Uprising in Iran

Elections in Iran on Friday returned Mahmoud Ahmadinejad to a second term as president. Supporters of challenger Mir-Hossein Mousavi, a conservative reformer, have taken to the streets in protest. Violence has broken out, and people have been shot to death by police. Remarkably, the Islamic republic’s leading cleric, Ali Khamenei, has called for an investigation of the election results. So have other members of the Iranian ruling class.

Regardless of the outcome, the United States needs to stay out of this. Mousavi’s supporters and Iran experts are clear about this. Given the history of U.S. intervention in Iranian affairs since World War II, and the anti-Americanism that was a theme of the 1979 revolution, any effort by our government to promote the opposition is guaranteed to backfire and to help unify and expand Ahmadinejad’s support. This is why Mitt Romney’s remarks this weekend have been self-serving and irresponsible. Obama’s balancing act — expressing doubt about the election’s fairness without taking sides — is the right move for this moment in the chess game.

The Web and Twitter have offered ringside seats to the events in Tehran in particular, although protests seem to be occurring throughout the land. By far the most active tweeter has been Raymond Jahan @StopAhmadi. His summary of events in Tehran today (which I’ve embellished with other news):

  • Large crowds throughout Iran — millions, according to protesters — took to the streets on Sunday and today. Presumably the largest crowd was at Tehran’s Azadi Square (surrounding the Freedom Tower), the site of historic demonstrations that brought down the Shah’s regime in 1979.
  • People claimed to see snipers around Azadi Square, and some people were killed or injured by gunfire. Photos of bloodied corpses were sent out by cell phone or Internet, despite sluggish bandwidth. Britain’s Channel 4 captured a police shooter on video. In general, foreign journalists have been prevented from broadcasting, and some at least have been asked to leave the country.
  • In Tehran and Rasht, authorities called individuals to intimidate them, saying their phones were bugged. Jahan seems to doubt that the government has done much bugging. Activists have been using pay-as-you-go calling cards to evade any surveillance.
  • A rumor was circulating Sunday that some of the police who rode motorcycles into crowds of protesters were actually Hezbollah Arabs imported from Lebanon to take stern measures against Iranians. The rumor, which seems to be false, stoked antagonism between police and the crowd, and encouraged violence. Using motorcycles to break up dense crowds did nothing to help the situation. A video shot this weekend by an Italian journalist shows some protesters protecting a battered policeman from the crowd that had pulled him from his motorcycle and set it on fire. Fleets of motorcycle cops can be seen in much of the video footage from Tehran.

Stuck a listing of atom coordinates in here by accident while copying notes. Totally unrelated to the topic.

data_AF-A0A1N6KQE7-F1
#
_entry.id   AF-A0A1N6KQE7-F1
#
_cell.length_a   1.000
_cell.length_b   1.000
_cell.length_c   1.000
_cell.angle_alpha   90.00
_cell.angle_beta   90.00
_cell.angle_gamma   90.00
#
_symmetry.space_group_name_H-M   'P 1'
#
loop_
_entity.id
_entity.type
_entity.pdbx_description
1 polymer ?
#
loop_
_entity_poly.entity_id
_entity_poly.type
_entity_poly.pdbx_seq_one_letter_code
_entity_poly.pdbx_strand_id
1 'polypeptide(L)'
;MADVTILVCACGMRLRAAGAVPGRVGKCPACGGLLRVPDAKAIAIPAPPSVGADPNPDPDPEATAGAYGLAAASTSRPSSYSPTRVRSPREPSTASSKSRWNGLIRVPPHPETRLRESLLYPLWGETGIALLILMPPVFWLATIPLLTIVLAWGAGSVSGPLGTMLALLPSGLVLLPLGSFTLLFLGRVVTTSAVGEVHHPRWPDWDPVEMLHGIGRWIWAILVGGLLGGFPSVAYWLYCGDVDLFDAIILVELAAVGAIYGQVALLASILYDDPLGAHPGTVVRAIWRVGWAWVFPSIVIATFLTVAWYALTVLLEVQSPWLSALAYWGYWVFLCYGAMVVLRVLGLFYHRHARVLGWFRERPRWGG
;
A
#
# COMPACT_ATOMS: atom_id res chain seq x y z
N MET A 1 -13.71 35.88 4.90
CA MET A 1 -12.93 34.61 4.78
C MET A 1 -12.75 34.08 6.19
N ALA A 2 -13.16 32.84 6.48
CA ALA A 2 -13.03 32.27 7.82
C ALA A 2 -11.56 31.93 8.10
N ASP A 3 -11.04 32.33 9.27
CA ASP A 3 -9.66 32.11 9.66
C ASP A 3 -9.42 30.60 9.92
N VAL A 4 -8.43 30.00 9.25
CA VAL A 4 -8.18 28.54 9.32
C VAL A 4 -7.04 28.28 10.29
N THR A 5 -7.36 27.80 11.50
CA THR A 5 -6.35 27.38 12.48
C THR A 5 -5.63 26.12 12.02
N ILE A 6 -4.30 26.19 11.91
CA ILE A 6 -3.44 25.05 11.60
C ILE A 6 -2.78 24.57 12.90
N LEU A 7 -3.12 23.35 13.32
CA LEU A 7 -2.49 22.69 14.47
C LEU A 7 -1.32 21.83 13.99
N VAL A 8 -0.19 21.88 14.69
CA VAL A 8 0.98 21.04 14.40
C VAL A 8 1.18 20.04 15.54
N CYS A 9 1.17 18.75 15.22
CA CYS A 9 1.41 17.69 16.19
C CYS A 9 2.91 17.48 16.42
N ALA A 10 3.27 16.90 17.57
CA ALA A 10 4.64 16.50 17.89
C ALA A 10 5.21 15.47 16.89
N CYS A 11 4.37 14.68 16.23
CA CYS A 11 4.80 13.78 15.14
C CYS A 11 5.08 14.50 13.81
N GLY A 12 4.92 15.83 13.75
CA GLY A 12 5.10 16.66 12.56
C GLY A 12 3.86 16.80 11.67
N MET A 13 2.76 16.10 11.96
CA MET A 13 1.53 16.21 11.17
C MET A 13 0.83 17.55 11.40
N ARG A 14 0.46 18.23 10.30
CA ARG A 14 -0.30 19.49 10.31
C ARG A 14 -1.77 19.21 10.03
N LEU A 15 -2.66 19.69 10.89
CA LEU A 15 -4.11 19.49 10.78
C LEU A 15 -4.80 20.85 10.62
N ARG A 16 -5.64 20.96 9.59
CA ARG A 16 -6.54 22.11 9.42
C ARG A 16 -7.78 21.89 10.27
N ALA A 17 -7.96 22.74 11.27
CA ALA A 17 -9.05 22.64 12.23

• The headquarters of the Basij paramilitary force was burned today after a protester was killed outside.
  • The rallying cry of the protesters is Allah o akbar, the Persian form of the Islamic motto “God is most great.” Abbas Barzegar, an Iranian Ph.D. candidate at Emory University, has warned Western observers (in the Guardian) against forgetting that Iran remains a very religious country. But he seems to assume that Ahmadinejad’s supporters have a monopoly on piety, and this seems far from the truth.
  • Ahmadinejad was dismissive of the massive protests, comparing them to the reactions of fans whose team lost a soccer match. Supreme Leader Ali Khamenei, whose authority is independent of the executive branch, issued a bland statement congratulating Iranians for their large turnout and commitment to democracy. Later, as I mentioned, he announced that the election must be investigated — an apparent victory for protesters.
  • There has been uncertainty about scheduled mass rallies. Rumors circulated by Twitter and email that one rally set for today was actually a government trap. Protesters suspect that those rumors, plus a round of news that tomorrow’s rally had been canceled, originated with government agents.
  • Video has shown police or security officers entering homes and beating people severely, in one case leaving a man motionless on the ground. Dormitories at the university in Tehran were invaded Sunday night.
  • Iranians are suspicious of the ill-timed maintenance shutdown this evening by Twitter. Shutdowns are notoriously frequent on Twitter, but under these conditions, people in Tehran suspect the worst. Tweeters are objecting with the hashtags #TwitterStayUp and #NoMaintenance.

Resources for keeping up with the news:

  • Live blogging at huffpost.com has been going on since Saturday.
  • Informed Comment, Juan Cole’s authoritative Mideast blog, criticizes the plausibility of election returns and makes a case for fraud by the government. He deals with (and rejects) the theory that Western journalists spent too much time in affluent North Tehran, overlooking broad-based rural and working-class support for Ahmadinejad.
  • Wikipedia article on the protests is a site for hammering out a neutral account of what’s happening. Also see the discussion page.
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One thought on “Uprising in Iran

  1. It’s all so complicated, I wonder if the only way we’ll truly understand this uprising is in hindsight.

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